As I again pick up my pen, or keyboard rather, to attempt to transcribe my most recent endeavors, I find myself void of inspiration. Extreme weariness, of the physical, mental, and emotional nature, have rooted themselves in my being more deeply now than ever. It would be my desire to describe to you with great and marvelous detail, my trip to the great Machu Picchu, but please forgive me if my memory falters as all the  colorful memories and events of this journey have blended into one hue. The most vivid memory is of being ill, but this is by far the most prominent memory of Peru altogether. I took the highly-acclaimed pill for altitude sickness, however, it only made matters worse as i succumbed to intense stomach pain. A tea, made from coca leaves, helped me more than any chemical pill ever could. However, it became apparent that these blessed natural healers are prohibited in the US, due to the idea that the coca leaves are akin to cocaine. It is much less harmful to ingest unknown manufactured chemicals in the form of pills. Cocaine or not, I found this tea to be my only soothing salvation from my pains. Machu Picchu was exactly what can be seen in the photos. Our time there would have been much more pleasant if it were not for the eight million tourists flocking around like unwanted gnats. We saw several other Inca ruins, the names which are no longer recorded in the annals  of my memory. We also saw an old and beautiful cathedral with intricate artwork, which we were prohibited from photographing.  The town of Cusco was decent, at least it was green and it rained. How refreshing was the rain! The outskirts of the city were the most beautiful, with snowy mountains obscured by clouds and green rolling hills spotted with cows. We also visited an animal refuge where we met a 60 year old condor. The resemblance was strikingly similar to my dear ol grandpa.   One of the very few other items that stand out sharply in my mind was the food. At this point, most of my fellow travelers have had food poisoning. And the food on this trip did not contribute to the healing and recovery of our feeble stomachs. One of my fellow adventurers ordered apple pie, oh with great glee at availability of this American dessert! But alas, all hopes were shattered as mold was discovered in the center of this pie. I have forsaken all hope in the Peruvian “cuisine”. Also, I am weary of going to bed hungry every night. (Peruvians aren’t big supporters of the traditional evening meal). I feel I shall make myself ill devouring everything available when I return to the Land of Plenty. A piece of bread for breakfast, some chicken and rice for lunch, and nothing for dinner is not the way to conduct life in a healthy and fulfilling manner.  But I digress, as I could write upon my food insecurity for pages.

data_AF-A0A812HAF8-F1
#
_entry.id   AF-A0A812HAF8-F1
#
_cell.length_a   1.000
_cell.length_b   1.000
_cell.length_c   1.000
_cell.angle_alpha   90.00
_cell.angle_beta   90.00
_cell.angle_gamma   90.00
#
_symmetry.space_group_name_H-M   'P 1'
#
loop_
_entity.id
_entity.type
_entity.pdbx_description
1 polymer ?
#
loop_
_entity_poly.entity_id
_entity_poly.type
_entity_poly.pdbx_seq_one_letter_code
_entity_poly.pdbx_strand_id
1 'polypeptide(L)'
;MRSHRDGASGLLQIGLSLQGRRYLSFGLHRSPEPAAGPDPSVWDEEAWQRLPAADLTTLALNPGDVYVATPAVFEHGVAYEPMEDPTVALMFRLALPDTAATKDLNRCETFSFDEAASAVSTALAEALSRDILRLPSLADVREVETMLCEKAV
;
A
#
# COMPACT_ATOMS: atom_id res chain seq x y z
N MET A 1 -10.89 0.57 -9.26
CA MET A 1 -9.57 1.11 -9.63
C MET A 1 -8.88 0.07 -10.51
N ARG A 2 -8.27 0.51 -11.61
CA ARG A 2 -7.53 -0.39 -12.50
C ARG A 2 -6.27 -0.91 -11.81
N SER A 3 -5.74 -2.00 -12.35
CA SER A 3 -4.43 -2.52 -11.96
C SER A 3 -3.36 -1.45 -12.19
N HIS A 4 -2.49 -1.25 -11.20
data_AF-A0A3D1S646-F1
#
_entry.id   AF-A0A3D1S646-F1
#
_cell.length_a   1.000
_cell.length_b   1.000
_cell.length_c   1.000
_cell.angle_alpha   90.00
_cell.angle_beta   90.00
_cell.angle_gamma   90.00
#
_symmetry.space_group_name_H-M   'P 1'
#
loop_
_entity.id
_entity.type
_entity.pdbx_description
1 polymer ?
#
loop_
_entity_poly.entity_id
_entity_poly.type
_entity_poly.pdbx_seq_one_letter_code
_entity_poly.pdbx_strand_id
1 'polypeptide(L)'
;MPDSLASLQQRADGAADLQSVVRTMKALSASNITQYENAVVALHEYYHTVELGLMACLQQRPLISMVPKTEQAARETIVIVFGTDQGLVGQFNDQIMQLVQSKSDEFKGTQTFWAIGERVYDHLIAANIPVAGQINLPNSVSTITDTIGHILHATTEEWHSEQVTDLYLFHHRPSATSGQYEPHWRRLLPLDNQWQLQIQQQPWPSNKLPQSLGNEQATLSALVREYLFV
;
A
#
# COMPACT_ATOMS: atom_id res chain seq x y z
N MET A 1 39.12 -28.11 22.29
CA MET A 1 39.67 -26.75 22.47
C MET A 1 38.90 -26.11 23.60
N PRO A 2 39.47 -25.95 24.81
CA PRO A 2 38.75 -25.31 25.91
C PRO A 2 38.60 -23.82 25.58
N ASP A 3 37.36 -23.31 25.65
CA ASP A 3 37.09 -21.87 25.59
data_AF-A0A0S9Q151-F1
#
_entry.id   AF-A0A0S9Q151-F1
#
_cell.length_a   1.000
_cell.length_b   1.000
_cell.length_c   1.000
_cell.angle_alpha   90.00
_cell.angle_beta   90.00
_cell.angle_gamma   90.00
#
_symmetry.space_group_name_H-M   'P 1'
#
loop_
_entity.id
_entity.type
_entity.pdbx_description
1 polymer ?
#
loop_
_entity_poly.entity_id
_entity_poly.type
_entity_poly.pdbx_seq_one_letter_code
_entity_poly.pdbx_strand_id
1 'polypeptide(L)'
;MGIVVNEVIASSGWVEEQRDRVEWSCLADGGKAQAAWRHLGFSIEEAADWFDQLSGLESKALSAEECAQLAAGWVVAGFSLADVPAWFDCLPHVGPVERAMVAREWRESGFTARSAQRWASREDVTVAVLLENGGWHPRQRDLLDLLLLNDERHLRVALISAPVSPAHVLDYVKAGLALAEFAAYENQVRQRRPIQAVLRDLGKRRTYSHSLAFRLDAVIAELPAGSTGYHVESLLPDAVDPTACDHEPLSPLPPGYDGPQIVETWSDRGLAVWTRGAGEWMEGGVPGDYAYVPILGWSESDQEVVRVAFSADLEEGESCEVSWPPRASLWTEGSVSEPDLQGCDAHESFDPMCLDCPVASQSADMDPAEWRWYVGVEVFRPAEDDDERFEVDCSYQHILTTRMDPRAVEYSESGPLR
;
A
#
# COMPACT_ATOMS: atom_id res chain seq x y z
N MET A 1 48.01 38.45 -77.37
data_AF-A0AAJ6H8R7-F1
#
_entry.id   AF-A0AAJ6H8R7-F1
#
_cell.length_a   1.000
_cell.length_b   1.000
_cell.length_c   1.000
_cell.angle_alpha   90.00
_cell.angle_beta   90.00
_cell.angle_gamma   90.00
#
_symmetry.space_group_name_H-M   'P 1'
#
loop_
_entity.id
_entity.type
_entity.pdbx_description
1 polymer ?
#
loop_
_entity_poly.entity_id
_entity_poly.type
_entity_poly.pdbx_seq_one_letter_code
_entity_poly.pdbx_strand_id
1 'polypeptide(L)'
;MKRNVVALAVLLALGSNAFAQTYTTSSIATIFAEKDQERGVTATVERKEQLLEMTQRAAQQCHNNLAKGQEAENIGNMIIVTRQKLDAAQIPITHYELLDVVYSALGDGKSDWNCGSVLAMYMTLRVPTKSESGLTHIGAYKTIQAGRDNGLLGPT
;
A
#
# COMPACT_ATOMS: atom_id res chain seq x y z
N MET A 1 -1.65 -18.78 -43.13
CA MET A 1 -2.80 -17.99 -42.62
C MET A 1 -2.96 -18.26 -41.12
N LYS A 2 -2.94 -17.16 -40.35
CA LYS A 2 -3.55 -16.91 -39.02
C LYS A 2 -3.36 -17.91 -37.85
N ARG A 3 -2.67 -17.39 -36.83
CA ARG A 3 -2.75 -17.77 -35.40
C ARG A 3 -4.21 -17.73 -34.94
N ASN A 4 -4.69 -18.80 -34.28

Our travels were fun but I must admit I am glad they have come to a close.For now, we can focus on our studies and preparing for finals. I can’t believe April has finally, at long last, arrived. In 17 days with great eagerness I shall board the plane for my homeland. Although Machu Picchu is one of the seven wonders of the world, it all felt a bit too  trite and cliche to me. The less-traveled and less-populated (by humans, anyway) jungle is my more preferred destination.